California Governor Jerry Brown and lawmakers will get a 5 percent salary increase now that the state’s budget has a surplus and public employees have been offered raises, a state panel decided.
The seven-member California Citizens Compensation Commission voted yesterday to increase Brown’s pay to about $173,552 and lawmakers’ base salaries to about $95,052. The state treasurer, controller and other elected officers also will see their pay rise. The panel’s decision doesn’t need further approval and will take effect in December.
Lawmakers sent Brown, a Democrat, a $96.3 billion general-fund budget June 14 that tempers spending to less than 1 percent above the current year, even though voters in November approved a temporary increase in sales and income taxes. It’s the third time in as many years California will have a budget in place before the fiscal year begins July 1.
Voters in 1990 passed an initiative that created the compensation commission. Appointed by the governor, the panel sets salaries of constitutional officers and members of the legislature.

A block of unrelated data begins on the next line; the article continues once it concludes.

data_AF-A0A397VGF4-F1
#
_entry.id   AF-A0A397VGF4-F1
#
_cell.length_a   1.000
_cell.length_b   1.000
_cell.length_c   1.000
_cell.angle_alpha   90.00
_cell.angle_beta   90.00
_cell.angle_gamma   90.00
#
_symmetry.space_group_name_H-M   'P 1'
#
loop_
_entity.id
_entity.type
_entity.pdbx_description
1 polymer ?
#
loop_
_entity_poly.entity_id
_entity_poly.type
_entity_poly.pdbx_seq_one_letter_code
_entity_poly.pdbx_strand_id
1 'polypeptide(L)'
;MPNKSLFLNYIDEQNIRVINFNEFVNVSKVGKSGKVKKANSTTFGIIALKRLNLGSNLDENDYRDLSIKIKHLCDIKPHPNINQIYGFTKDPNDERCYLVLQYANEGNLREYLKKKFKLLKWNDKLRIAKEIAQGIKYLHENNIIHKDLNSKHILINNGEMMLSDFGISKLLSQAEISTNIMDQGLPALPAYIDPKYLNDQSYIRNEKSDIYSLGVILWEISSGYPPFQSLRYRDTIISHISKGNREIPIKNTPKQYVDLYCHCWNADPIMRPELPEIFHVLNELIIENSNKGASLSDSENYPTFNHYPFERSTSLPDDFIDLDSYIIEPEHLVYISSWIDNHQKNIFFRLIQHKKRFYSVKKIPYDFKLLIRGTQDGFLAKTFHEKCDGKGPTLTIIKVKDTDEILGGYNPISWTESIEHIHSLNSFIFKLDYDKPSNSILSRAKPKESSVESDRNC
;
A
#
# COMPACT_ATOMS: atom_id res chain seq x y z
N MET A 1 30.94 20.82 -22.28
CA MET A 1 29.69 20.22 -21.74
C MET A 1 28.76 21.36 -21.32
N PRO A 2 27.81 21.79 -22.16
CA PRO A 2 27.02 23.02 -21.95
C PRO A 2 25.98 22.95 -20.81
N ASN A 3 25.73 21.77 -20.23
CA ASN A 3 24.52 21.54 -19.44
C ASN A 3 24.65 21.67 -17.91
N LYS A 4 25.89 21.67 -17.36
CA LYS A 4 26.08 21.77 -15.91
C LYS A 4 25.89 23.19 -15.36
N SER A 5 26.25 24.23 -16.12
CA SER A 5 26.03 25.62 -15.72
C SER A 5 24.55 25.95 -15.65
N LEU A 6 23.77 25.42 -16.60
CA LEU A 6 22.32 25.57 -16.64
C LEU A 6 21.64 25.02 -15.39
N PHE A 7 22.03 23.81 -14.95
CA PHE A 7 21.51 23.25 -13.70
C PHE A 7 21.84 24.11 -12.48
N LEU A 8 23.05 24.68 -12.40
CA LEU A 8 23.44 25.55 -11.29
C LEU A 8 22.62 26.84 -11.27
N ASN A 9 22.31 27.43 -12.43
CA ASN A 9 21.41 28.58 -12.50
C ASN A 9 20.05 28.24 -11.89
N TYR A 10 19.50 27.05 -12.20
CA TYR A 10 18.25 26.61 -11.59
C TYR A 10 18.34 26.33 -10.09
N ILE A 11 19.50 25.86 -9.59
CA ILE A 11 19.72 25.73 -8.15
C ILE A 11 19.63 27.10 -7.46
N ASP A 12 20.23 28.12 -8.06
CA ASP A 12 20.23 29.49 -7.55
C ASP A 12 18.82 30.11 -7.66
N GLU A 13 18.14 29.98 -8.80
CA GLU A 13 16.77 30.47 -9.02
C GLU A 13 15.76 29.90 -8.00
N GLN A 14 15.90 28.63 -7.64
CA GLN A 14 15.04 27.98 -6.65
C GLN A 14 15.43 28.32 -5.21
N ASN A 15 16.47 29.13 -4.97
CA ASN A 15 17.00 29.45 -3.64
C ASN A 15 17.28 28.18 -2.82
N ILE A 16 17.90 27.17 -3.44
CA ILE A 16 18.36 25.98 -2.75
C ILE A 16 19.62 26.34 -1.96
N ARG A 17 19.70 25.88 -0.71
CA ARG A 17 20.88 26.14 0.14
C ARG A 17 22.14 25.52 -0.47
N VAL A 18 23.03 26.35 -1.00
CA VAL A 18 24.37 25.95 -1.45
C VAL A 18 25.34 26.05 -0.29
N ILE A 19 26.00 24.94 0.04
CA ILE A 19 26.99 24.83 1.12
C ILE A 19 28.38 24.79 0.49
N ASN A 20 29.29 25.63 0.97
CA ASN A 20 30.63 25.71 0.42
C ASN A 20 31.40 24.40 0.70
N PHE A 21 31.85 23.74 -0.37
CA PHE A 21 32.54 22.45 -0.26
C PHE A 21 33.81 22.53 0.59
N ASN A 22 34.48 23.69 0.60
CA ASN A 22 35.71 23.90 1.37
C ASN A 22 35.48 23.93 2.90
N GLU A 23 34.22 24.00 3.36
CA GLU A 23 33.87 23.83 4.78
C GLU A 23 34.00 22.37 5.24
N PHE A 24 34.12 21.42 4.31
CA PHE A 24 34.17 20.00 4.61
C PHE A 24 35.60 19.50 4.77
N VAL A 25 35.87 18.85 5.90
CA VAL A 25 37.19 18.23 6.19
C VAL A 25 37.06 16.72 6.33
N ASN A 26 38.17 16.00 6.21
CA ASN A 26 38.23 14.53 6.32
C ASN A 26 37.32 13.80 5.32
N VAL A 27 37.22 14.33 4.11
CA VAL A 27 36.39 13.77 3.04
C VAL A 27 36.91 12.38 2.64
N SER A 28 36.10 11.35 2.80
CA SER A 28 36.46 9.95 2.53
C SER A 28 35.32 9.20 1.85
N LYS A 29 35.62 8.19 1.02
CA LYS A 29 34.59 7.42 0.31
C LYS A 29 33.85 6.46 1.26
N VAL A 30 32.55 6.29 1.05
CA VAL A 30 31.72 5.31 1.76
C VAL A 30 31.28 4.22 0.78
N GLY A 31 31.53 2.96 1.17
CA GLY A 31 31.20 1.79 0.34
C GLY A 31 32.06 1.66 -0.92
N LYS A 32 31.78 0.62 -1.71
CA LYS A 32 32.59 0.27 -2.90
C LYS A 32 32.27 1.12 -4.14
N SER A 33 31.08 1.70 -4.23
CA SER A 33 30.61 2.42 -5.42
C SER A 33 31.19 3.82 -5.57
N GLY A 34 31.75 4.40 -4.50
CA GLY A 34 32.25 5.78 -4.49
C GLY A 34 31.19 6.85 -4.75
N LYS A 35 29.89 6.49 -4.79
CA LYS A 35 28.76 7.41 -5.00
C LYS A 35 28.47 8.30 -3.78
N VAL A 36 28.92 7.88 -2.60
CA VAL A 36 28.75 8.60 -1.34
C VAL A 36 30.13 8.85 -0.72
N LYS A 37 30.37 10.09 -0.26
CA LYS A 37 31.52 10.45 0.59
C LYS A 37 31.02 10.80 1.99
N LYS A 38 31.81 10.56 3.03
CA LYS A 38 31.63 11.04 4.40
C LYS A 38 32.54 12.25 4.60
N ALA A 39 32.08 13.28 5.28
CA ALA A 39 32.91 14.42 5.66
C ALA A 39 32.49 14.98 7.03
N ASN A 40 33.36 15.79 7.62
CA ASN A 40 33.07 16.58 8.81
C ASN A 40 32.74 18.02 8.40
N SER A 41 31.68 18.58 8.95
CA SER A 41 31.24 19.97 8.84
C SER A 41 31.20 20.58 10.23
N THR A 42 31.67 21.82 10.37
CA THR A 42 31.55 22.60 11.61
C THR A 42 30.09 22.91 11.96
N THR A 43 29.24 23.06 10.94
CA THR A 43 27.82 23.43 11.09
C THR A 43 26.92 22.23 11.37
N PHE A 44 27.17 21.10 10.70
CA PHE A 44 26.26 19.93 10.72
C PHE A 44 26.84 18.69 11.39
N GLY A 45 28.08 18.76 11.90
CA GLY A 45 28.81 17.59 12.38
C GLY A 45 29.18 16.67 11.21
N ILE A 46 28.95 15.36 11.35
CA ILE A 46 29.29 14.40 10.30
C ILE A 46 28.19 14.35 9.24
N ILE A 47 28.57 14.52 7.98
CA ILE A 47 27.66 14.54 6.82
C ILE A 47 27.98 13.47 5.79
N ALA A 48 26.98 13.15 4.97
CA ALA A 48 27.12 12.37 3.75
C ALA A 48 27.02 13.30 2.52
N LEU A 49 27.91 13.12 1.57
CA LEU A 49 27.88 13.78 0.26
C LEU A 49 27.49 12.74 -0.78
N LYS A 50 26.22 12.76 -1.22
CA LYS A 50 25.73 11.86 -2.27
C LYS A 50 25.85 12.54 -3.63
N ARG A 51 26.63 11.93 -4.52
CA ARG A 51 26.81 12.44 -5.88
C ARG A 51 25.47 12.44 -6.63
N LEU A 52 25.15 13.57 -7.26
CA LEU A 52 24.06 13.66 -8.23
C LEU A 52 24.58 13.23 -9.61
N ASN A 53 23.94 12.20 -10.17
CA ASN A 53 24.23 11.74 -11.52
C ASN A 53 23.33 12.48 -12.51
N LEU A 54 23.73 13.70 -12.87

The commission in 2009 cut the officials’ pay by 18 percent after former Governor Arnold Schwarzenegger, a Republican, and the legislature agreed to force state workers to take three unpaid days off each month, equivalent to a 14 percent wage reduction. Schwarzenegger didn’t accept pay while in office.
The panel lowered the salaries by another 5 percent last year. Yesterday’s decision restores that cut, though not the 2009 reduction.
Brown reached a deal with the state’s largest public-employee union that grants workers a 4.5 percent pay increase, phased in over two years beginning in 2014 if revenue growth continues. If revenue fails to meet a minimum target, the entire pay increase would begin later, in 2015. The union must still ratify the deal.
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